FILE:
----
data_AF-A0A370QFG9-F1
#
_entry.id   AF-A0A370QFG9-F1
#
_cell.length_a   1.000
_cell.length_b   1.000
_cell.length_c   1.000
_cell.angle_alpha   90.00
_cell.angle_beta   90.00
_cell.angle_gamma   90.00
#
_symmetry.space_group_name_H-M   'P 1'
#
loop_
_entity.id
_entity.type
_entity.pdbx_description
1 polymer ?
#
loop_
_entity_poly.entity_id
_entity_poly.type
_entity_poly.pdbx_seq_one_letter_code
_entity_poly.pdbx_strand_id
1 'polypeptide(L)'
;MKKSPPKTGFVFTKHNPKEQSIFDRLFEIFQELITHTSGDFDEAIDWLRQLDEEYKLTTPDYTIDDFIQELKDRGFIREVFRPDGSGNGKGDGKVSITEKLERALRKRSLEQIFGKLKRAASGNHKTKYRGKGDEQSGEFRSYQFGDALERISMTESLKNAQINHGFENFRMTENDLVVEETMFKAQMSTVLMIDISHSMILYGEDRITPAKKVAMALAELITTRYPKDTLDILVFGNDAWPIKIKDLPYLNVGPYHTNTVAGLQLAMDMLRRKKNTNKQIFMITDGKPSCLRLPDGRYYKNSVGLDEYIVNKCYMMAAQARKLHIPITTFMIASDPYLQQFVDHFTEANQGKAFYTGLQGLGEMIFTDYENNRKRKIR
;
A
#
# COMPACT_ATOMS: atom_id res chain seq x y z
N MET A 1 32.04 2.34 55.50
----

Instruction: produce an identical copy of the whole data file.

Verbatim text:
data_AF-A0A370QFG9-F1
#
_entry.id   AF-A0A370QFG9-F1
#
_cell.length_a   1.000
_cell.length_b   1.000
_cell.length_c   1.000
_cell.angle_alpha   90.00
_cell.angle_beta   90.00
_cell.angle_gamma   90.00
#
_symmetry.space_group_name_H-M   'P 1'
#
loop_
_entity.id
_entity.type
_entity.pdbx_description
1 polymer ?
#
loop_
_entity_poly.entity_id
_entity_poly.type
_entity_poly.pdbx_seq_one_letter_code
_entity_poly.pdbx_strand_id
1 'polypeptide(L)'
;MKKSPPKTGFVFTKHNPKEQSIFDRLFEIFQELITHTSGDFDEAIDWLRQLDEEYKLTTPDYTIDDFIQELKDRGFIREVFRPDGSGNGKGDGKVSITEKLERALRKRSLEQIFGKLKRAASGNHKTKYRGKGDEQSGEFRSYQFGDALERISMTESLKNAQINHGFENFRMTENDLVVEETMFKAQMSTVLMIDISHSMILYGEDRITPAKKVAMALAELITTRYPKDTLDILVFGNDAWPIKIKDLPYLNVGPYHTNTVAGLQLAMDMLRRKKNTNKQIFMITDGKPSCLRLPDGRYYKNSVGLDEYIVNKCYMMAAQARKLHIPITTFMIASDPYLQQFVDHFTEANQGKAFYTGLQGLGEMIFTDYENNRKRKIR
;
A
#
# COMPACT_ATOMS: atom_id res chain seq x y z
N MET A 1 32.04 2.34 55.50